Commit f0a0e6f2 authored by Paul E. McKenney's avatar Paul E. McKenney

rcu: Clarify memory-ordering properties of grace-period primitives

This commit explicitly states the memory-ordering properties of the
RCU grace-period primitives.  Although these properties were in some
sense implied by the fundmental property of RCU ("a grace period must
wait for all pre-existing RCU read-side critical sections to complete"),
stating it explicitly will be a great labor-saving device.
Reported-by: default avatarOleg Nesterov <oleg@redhat.com>
Signed-off-by: default avatarPaul E. McKenney <paulmck@linux.vnet.ibm.com>
Reviewed-by: default avatarOleg Nesterov <oleg@redhat.com>
parent 67afeed2
......@@ -90,6 +90,25 @@ extern void do_trace_rcu_torture_read(char *rcutorturename,
* that started after call_rcu() was invoked. RCU read-side critical
* sections are delimited by rcu_read_lock() and rcu_read_unlock(),
* and may be nested.
*
* Note that all CPUs must agree that the grace period extended beyond
* all pre-existing RCU read-side critical section. On systems with more
* than one CPU, this means that when "func()" is invoked, each CPU is
* guaranteed to have executed a full memory barrier since the end of its
* last RCU read-side critical section whose beginning preceded the call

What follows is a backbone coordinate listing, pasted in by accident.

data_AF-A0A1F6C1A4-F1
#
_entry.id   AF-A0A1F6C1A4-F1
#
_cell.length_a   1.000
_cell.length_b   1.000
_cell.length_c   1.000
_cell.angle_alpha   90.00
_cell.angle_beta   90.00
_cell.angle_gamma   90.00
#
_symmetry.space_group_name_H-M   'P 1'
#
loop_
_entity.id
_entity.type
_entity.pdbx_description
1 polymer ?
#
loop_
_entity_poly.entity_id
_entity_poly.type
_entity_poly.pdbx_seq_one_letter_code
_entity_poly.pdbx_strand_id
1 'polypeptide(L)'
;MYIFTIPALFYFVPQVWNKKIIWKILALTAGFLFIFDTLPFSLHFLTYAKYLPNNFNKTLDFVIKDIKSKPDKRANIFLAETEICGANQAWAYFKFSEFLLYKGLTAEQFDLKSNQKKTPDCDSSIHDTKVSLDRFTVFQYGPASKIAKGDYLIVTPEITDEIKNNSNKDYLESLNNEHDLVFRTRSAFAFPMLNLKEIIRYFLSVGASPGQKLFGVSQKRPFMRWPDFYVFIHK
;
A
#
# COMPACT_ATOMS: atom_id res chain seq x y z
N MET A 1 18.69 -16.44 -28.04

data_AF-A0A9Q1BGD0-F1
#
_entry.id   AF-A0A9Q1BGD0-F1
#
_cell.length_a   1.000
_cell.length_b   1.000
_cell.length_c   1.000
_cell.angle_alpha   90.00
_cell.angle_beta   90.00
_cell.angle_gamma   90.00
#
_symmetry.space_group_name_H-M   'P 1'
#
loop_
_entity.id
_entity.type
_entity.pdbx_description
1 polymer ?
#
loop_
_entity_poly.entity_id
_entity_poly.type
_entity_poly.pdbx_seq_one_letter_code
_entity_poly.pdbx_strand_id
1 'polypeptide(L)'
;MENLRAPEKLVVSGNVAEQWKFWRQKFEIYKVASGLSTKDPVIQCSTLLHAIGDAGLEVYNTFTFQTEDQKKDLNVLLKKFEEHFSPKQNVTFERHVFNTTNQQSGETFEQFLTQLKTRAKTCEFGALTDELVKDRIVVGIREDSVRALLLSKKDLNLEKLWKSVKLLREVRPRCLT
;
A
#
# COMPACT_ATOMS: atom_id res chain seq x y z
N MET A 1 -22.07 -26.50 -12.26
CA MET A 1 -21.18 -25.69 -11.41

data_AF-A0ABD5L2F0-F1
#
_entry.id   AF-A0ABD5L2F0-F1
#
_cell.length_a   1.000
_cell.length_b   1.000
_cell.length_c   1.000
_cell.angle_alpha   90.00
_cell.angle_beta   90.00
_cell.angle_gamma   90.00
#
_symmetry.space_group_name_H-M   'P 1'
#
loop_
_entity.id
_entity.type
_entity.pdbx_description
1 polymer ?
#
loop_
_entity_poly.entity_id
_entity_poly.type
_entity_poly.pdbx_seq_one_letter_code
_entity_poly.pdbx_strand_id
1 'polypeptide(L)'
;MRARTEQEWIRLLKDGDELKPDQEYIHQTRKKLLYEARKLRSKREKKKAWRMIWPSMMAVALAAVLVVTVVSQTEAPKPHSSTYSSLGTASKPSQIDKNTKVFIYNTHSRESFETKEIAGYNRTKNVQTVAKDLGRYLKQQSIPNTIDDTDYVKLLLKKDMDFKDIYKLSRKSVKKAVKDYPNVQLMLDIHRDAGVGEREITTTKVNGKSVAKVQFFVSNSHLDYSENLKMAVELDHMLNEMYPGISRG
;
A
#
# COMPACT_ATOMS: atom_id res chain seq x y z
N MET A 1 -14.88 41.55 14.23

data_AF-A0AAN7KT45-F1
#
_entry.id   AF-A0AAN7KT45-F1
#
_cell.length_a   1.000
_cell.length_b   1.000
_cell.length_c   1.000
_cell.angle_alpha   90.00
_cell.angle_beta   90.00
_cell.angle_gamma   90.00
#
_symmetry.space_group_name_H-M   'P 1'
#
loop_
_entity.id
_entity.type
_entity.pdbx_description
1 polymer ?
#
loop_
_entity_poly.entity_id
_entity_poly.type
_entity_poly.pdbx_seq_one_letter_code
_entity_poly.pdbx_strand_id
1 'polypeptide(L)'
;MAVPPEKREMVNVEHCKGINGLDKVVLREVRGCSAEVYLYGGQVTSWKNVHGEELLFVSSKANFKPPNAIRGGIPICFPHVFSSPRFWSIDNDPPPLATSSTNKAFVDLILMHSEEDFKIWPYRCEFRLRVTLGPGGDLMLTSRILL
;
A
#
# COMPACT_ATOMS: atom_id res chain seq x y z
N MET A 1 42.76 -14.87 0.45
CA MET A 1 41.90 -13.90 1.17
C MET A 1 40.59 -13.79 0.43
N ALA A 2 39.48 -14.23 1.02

* to call_rcu(). It also means that each CPU executing an RCU read-side
* critical section that continues beyond the start of "func()" must have
* executed a memory barrier after the call_rcu() but before the beginning
* of that RCU read-side critical section. Note that these guarantees
* include CPUs that are offline, idle, or executing in user mode, as
* well as CPUs that are executing in the kernel.
*
* Furthermore, if CPU A invoked call_rcu() and CPU B invoked the
* resulting RCU callback function "func()", then both CPU A and CPU B are
* guaranteed to execute a full memory barrier during the time interval
* between the call to call_rcu() and the invocation of "func()" -- even
* if CPU A and CPU B are the same CPU (but again only if the system has
* more than one CPU).
*/
extern void call_rcu(struct rcu_head *head,
void (*func)(struct rcu_head *head));
......@@ -118,6 +137,9 @@ extern void call_rcu(struct rcu_head *head,
* OR
* - rcu_read_lock_bh() and rcu_read_unlock_bh(), if in process context.
* These may be nested.
*
* See the description of call_rcu() for more detailed information on
* memory ordering guarantees.
*/
extern void call_rcu_bh(struct rcu_head *head,
void (*func)(struct rcu_head *head));
......@@ -137,6 +159,9 @@ extern void call_rcu_bh(struct rcu_head *head,
* OR
* anything that disables preemption.
* These may be nested.
*
* See the description of call_rcu() for more detailed information on
* memory ordering guarantees.
*/
extern void call_rcu_sched(struct rcu_head *head,
void (*func)(struct rcu_head *rcu));
......
......@@ -2228,10 +2228,28 @@ static inline int rcu_blocking_is_gp(void)
* rcu_read_lock_sched().
*
* This means that all preempt_disable code sequences, including NMI and
* hardware-interrupt handlers, in progress on entry will have completed